Every year we hold Take Back the Night here at UCSB. And every year, after the event, one of the organizers has to write a hurt and angry letter to the Nexus about the stupid, cowardly acts of seemingly requisite antagonists. I know; I did it last year. This year, however, I thought I would try to preempt that by writing to the newspaper before our event.
Yet, I am not writing to berate those who disagree with us and choose to act against us (usually from a distance, with eggs and insults). This is an open invitation to all of those who are indifferent about our event, and a big welcome to those who don’t agree with our cause or how we fight it. This year, I am extending an invitation to everyone to withhold judgment until after you have attended a few of our events. Who knows? You might just realize that Take Back the Night means something to you after all.
For those of you who are not familiar with the history of Take Back the Night, it is a movement to stop sexual assault. It is an organized effort to end the culture of rape and fear that oppresses women of all backgrounds, races and ages. The Take Back the Night movement began as a forum for women to protest that oppression, to become empowered and to begin to heal.
Here at our campus, Take Back the Night is a powerful coming-together of women in a weeklong series of events every spring. For the women of UCSB, SBCC and the community, this is our forum. We have been working hard since October planning workshops, getting speakers and performers, and finding new ways to reach a larger part of the community.
We will be tabling throughout the week with the full schedule of events, T-shirts, CDs and more information. Here is a taste of what is happening.
Today kicks off Take Back the Night with a noon rally at Storke Plaza. Headlining will be a favorite local band, Butcheek Doofus. Our keynote speaker will address some of the main issues surrounding sexual assault and expand on our theme for this year: “Rising from the Ashes: Empower, Educate, Evolve.”
Starting at 2 p.m. in the MultiCultural Center (MCC), there will be workshops put on by various campus and community groups, dealing with same-sex assault, male responsibility, social expectations of men, racism within anti-rape activism, GHB (the “date rape drug”), sex trafficking and the military. The Rape Prevention Education Program (RPEP) peers will be putting on a self-defense workshop at 4 p.m. in the UCen State Street room.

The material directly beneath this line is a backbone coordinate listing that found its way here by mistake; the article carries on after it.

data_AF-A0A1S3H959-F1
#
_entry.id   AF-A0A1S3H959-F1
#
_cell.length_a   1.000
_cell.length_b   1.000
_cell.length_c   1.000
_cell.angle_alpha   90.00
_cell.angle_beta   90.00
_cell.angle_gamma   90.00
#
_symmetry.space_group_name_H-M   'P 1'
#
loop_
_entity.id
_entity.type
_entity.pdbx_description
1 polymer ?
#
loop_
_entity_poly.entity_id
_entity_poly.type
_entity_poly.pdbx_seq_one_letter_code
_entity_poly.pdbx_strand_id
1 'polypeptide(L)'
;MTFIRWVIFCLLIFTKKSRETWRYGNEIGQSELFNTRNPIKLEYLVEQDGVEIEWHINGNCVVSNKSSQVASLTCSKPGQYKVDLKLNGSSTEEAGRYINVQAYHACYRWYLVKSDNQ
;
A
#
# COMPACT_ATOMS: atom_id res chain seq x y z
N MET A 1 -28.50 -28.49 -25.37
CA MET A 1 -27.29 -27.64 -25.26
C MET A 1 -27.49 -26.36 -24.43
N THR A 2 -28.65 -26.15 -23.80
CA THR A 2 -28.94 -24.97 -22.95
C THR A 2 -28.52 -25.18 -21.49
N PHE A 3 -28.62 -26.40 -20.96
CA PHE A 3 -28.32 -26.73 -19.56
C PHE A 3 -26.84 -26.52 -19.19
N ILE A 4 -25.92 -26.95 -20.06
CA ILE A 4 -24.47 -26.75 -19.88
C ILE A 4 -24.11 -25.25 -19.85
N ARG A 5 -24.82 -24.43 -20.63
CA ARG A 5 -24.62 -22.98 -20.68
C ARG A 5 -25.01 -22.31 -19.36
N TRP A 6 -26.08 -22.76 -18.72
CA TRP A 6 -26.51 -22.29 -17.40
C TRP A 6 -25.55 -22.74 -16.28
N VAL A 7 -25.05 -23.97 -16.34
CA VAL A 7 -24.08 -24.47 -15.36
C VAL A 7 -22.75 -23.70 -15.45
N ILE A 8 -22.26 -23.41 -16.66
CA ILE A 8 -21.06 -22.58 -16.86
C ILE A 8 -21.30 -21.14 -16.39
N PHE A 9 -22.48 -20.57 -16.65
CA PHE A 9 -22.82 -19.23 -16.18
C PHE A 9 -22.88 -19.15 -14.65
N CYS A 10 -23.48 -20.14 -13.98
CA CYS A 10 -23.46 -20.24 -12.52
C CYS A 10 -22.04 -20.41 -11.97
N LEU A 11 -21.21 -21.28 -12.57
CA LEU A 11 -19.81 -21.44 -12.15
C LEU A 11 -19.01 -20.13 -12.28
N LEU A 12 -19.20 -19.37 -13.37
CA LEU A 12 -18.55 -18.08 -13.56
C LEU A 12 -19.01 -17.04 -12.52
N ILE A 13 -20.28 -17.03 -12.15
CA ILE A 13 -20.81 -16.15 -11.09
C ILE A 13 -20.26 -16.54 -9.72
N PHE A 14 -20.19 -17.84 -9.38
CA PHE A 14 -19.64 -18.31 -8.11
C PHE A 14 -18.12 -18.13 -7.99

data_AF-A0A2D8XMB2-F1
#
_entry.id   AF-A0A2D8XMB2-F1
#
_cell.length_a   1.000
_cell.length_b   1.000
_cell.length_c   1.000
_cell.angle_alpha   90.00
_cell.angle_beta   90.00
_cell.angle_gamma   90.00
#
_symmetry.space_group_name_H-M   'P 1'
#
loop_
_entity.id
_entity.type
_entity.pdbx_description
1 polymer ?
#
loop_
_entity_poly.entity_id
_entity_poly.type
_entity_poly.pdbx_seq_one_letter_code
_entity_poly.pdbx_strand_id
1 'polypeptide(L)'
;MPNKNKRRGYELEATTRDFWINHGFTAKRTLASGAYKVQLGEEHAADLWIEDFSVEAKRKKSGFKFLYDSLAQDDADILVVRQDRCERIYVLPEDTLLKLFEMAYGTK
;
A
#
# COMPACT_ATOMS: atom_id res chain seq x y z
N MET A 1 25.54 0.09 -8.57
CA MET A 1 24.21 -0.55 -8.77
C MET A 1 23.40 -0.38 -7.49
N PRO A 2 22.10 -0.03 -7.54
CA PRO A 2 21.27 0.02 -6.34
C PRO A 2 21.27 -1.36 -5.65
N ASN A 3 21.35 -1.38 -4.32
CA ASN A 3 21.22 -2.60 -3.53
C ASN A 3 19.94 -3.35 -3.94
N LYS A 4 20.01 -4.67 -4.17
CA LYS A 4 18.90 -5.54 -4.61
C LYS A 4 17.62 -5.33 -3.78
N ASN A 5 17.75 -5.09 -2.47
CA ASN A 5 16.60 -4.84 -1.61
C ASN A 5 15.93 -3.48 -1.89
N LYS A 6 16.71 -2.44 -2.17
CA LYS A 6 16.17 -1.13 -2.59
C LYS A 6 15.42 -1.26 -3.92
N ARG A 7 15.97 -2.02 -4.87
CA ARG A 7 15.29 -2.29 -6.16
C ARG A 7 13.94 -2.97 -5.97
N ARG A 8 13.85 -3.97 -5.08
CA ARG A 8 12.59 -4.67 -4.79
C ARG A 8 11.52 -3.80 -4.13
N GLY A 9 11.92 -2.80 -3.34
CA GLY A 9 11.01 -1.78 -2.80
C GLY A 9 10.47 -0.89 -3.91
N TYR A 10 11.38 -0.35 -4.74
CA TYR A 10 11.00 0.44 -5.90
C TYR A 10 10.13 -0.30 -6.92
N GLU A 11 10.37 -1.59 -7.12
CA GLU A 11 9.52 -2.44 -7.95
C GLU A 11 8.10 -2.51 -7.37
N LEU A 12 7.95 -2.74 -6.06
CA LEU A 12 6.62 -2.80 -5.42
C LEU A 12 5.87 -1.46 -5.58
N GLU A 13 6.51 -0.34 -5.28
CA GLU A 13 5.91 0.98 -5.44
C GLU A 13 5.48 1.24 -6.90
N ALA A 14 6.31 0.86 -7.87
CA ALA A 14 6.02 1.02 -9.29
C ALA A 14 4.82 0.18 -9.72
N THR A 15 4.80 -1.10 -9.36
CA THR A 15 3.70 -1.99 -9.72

On Tuesday, there will be a Santa Barbara Rape Crisis Center (SBRCC) panel discussion in the MCC Lounge. This year’s discussion, titled “Is it Yes or is it the Alcohol?”, will focus on the relation of alcohol to acquaintance rape. Whether you think that alcohol is the root of all evil in Isla Vista or that alcohol is no excuse for any behavior, come listen to and participate in this discussion.
Tuesday night is also “Take Back the Mic” Performance Night. The evening will feature local musicians, poets, actors and spoken word performers exploring women’s issues, especially sexual assault, healing and revolution. There are open mic spots for those of you who want to share your own performance art.
Wednesday’s events begin with RPEP’s mock trial at 3:30 p.m. in the MCC Theater. This trial will simulate a sexual assault hearing here at UCSB. Come and see how the “jury” must make a decision from the facts at hand and the testimonies of those involved.
For an interactive and fun evening, come join us Wednesday evening at the Women’s Center for “Art as Revolution” Night. We will be exploring ways of healing, educating and fighting for change through finger-painting, clay, collage and a group mural.
The culmination of our week will be Thursday’s rally and march at Anisq’ Oyo’ Park in Isla Vista. The rally will begin at 5 p.m. and include performances by Joules Graves, Whiskey Sandwich, Raggs, Wozani, Impulse, Gravity Willing and others. Our keynote speaker will be renowned spoken word performer Alix Olson. Alix is a lesbian and a feminist and an absolutely kick-ass slam poet. Around 9 p.m. we will take to the streets of Isla Vista, with candles and chants of solidarity to symbolize the fight for freedom for women everywhere. The march is an empowering way to start taking back all of the aspects of our lives in which we are oppressed by others.
Now, in conclusion, and for those of you who skipped down to the end, here are my final words. Pick up a schedule from our table or the Women’s Center, or cut out our schedule from today’s Nexus. Come to some events that interest you. Come prepared to have your preconceived notions changed. Come willing to listen to people of all different backgrounds, and in their voices hear the song of your sisters, mothers, aunts, cousins, friends and lovers.
At the very least, be tolerant and respectful of our events. Above all else, try to keep an open mind. Remember, we are not some fringe group at UCSB – we are UCSB, in the sense that the issue of sexual assault affects every single member on this campus.
Tara Goddard is a junior mechanical engineering major and organizer of Take Back the Night.